Can Hamilton's Mercedes engines last the rest of the season? – MPH


Lewis Hamilton is now on his fourth Mercedes engine – with strange noises coming from its power units, can he make it through six more races without using another? asks Mark Hughes

Mercedes engine

Hamilton has now used four engines so far this season – can he get to the end without using a fifth?

Dan Istitene - Formula 1/Formula 1 via Getty Images

It’s all unconfirmed, but Lewis Hamilton could well be looking at another PU grid penalty within the remaining six races. On the one hand, the Mercedes’ performance has been terrific of late, but without a fifth power unit that fourth one he took the grid penalty for in Istanbul has to do most of the heavy lifting in his run to the title finale.

From the beginning of the season up until Zandvoort practice he had two of his allocated three units in full play, but PU no1 broke there, having done six of the preceding 10 races. The second was introduced at round six in Baku and is still in the pool but the ICE part of it is at or near its mileage limit and can be considered no more than a Friday engine. The other component parts of that power unit – electronics pack, turbo, ERS-H, ERS-K, battery – were fitted to PU no4 introduced in Turkey.

PU no3, introduced at Spa and raced at Monza and Sochi, is in the pool and in theory is still within its mileage limit to be raced again. But there is a concern about the longevity of all of them, as they have displayed ‘strange noises’ at mileages which are high but still within their allocated lifetime. If there is a question about PU no3, can PU no4 be expected to do seven races (including the one it’s already done) without the same concern arising?

Hamilton Zandvoort

PU no1 gave up the ghost for Hamilton in Zandvoort

Getty Images

“There could be a moment when you say, ‘is it worth taking a fresh one because the other one is still at risk’,” said Toto Wolff in Istanbul, “so this is something that will be really a work in progress. I would very much hope not, but there are seven tough races in front of us. Let’s see how the points pan out and I would never say no. But normally, four engines looks quite sufficient.”

Valtteri Bottas’ fourth ICE, freshly introduced at Monza, was displaying signs worrying enough that it was immediately replaced by a fifth one race later, in Sochi. Nicholas Latifi recently took a grid penalty for his fourth Mercedes PU at Williams as did Daniel Ricciardo at McLaren. So far the Aston Martin drivers plus McLaren’s Lando Norris and Williams’ George Russell are still managing with their original three but maybe for not much longer.

“Because these boundaries are being pushed, we have seen examples of, let’s say, unusual noises within the combustion engine that aren’t completely understood yet,” said Wolff, “and therefore caused some trouble in the past.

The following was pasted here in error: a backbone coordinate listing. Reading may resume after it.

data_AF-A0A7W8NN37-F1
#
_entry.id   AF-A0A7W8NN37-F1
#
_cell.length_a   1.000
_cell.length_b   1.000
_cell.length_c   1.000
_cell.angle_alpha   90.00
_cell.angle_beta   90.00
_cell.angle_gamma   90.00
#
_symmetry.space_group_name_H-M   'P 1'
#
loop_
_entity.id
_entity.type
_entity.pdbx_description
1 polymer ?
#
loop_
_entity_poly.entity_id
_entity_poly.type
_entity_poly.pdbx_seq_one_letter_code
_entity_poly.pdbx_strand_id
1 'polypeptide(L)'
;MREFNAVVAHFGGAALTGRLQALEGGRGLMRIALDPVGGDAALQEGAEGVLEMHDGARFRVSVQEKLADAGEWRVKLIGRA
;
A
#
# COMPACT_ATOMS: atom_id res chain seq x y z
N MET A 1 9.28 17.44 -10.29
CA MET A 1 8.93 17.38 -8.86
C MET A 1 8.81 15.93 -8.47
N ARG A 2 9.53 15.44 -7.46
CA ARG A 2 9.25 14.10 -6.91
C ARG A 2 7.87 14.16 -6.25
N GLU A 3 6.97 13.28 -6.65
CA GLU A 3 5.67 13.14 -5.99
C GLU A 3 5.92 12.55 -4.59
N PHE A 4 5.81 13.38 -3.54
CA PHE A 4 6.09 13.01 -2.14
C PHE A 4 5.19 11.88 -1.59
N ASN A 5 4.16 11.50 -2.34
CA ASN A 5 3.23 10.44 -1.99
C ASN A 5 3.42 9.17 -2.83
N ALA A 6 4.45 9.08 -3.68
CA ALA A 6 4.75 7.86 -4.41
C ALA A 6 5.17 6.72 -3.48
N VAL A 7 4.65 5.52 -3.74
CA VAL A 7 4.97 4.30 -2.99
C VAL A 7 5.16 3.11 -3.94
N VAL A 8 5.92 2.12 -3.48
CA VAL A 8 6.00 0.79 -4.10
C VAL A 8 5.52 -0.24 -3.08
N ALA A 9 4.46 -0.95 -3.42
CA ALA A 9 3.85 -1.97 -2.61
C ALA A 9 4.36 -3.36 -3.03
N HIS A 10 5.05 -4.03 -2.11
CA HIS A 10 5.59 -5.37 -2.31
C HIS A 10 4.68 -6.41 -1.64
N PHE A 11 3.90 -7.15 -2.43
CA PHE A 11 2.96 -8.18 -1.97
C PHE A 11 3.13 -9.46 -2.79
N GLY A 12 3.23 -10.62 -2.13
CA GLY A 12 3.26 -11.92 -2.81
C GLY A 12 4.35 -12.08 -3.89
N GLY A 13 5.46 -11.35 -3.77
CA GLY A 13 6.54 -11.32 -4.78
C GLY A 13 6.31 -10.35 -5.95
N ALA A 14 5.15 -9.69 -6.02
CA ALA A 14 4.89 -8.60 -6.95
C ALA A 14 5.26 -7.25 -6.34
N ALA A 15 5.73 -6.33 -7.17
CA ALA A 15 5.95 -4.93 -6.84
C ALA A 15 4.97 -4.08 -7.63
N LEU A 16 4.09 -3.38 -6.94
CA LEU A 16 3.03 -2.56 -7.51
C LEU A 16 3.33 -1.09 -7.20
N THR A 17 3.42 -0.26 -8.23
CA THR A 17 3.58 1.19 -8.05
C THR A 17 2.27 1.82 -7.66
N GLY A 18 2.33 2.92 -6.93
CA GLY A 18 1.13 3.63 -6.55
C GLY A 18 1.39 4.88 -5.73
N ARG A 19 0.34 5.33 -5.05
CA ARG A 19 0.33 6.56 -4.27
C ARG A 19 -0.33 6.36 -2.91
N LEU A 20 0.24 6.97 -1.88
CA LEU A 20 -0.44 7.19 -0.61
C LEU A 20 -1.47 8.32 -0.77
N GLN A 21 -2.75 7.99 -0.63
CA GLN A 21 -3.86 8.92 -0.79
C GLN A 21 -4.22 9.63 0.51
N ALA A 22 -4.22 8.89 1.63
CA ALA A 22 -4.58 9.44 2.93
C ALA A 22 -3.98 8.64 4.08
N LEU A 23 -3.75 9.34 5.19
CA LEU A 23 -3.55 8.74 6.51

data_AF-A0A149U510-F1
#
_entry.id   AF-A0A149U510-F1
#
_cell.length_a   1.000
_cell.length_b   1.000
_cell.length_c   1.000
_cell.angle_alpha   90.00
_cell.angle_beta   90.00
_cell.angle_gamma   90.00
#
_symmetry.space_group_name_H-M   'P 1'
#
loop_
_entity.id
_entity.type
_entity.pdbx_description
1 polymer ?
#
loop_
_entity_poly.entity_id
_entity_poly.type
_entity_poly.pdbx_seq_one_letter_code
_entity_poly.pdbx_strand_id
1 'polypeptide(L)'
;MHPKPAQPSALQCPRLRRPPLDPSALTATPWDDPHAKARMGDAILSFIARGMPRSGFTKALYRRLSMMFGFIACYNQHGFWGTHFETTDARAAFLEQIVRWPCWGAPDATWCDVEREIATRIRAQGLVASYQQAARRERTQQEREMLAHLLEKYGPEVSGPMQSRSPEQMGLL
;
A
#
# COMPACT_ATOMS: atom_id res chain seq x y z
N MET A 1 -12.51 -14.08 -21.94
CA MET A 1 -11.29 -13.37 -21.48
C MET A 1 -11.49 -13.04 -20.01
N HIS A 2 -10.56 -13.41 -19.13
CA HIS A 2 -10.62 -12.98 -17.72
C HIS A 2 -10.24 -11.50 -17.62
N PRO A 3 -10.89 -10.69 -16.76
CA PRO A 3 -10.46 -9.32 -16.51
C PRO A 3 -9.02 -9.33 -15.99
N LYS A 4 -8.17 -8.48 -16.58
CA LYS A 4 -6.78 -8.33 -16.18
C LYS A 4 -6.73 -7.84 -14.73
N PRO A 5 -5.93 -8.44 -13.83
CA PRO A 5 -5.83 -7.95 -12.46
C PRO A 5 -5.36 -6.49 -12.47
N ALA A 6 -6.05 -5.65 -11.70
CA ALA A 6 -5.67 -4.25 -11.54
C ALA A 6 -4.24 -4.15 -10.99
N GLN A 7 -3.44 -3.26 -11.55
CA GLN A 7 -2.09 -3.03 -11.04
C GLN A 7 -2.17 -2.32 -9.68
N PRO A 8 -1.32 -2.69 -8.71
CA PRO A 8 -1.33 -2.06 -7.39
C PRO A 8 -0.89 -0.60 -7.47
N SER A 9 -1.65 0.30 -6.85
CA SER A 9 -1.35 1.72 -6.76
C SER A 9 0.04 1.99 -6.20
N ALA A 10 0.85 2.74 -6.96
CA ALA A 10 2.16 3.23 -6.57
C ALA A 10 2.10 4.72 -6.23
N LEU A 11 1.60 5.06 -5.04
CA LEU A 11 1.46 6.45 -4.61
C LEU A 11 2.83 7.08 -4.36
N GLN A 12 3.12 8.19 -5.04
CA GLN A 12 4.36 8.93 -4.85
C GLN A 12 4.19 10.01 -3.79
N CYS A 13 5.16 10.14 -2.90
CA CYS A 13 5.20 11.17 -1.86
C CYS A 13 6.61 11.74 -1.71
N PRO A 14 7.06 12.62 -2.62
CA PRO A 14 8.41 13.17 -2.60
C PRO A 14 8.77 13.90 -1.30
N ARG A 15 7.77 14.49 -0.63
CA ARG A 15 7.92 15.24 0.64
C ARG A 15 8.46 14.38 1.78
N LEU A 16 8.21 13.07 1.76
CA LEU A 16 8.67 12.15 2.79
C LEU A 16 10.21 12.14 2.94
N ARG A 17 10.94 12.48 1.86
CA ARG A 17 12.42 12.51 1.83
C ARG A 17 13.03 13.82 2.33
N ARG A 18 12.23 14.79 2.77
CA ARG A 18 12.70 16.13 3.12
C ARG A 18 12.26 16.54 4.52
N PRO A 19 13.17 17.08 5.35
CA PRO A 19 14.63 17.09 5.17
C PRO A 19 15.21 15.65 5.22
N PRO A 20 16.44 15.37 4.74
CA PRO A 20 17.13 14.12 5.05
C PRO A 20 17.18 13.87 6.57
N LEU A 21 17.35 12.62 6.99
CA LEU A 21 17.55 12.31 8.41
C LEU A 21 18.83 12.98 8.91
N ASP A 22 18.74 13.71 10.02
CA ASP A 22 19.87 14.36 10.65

Related article

“We had engines that basically failed, and now it’s about containing the problem, because in that phase, redesigning parts is not something you would tackle.

“Balancing performance and reliability has always been the key metric in the past couple of years, and it will be also going forward.”

“We have seen over the course of the season that we have some little gremlins that we weren’t completely sure where they came from and how much performance they could potentially cost. We would rather have a new engine in the pool that can possibly go longer.”

This was a reference to the fourth Hamilton engine, rather than a conformation there will be a fifth.

“I think we understand much better now where the root cause lies and it’s something that can happen from time to time if you just have a material issue, a batch problem, and these are the things you need to consider.”

Meanwhile the word from Honda is that it sees no reason why Max Verstappen cannot get through on his remaining pool of three (the fourth, introduced in Sochi, was only a replacement for the one damaged in the Silverstone crash).

Verstappen Silverstone

Honda had to introduce engine no4 for Verstappen after Silverstone shunt


So while Red Bull worries about Mercedes’ recent pace, Mercedes is worried about further grid penalties. If a fifth ICE is used, the saving grace is that the other component parts of the PU package all seem to be rock solid so shouldn’t need to be replaced. Furthermore, the penalty for a fifth ICE would only be five places and not the 10 imposed for the fourth.

So if Mercedes can introduce a new Hamilton ICE and take only a five place drop, it could be done at, say, Mexico, where Mercedes does not expect to be competitive because of the limitations its turbo always suffers in the high altitude. Let’s say he qualifies a nominal third there, translating to eighth after a grid penalty. A podium would surely be feasible from there in such a situation, minimising any points loss to his rival.

There are of course an infinite number of ways this could yet play out, but the performance/reliability balance between Mercedes and Red Bull is very much the frame of reference going into the last six events.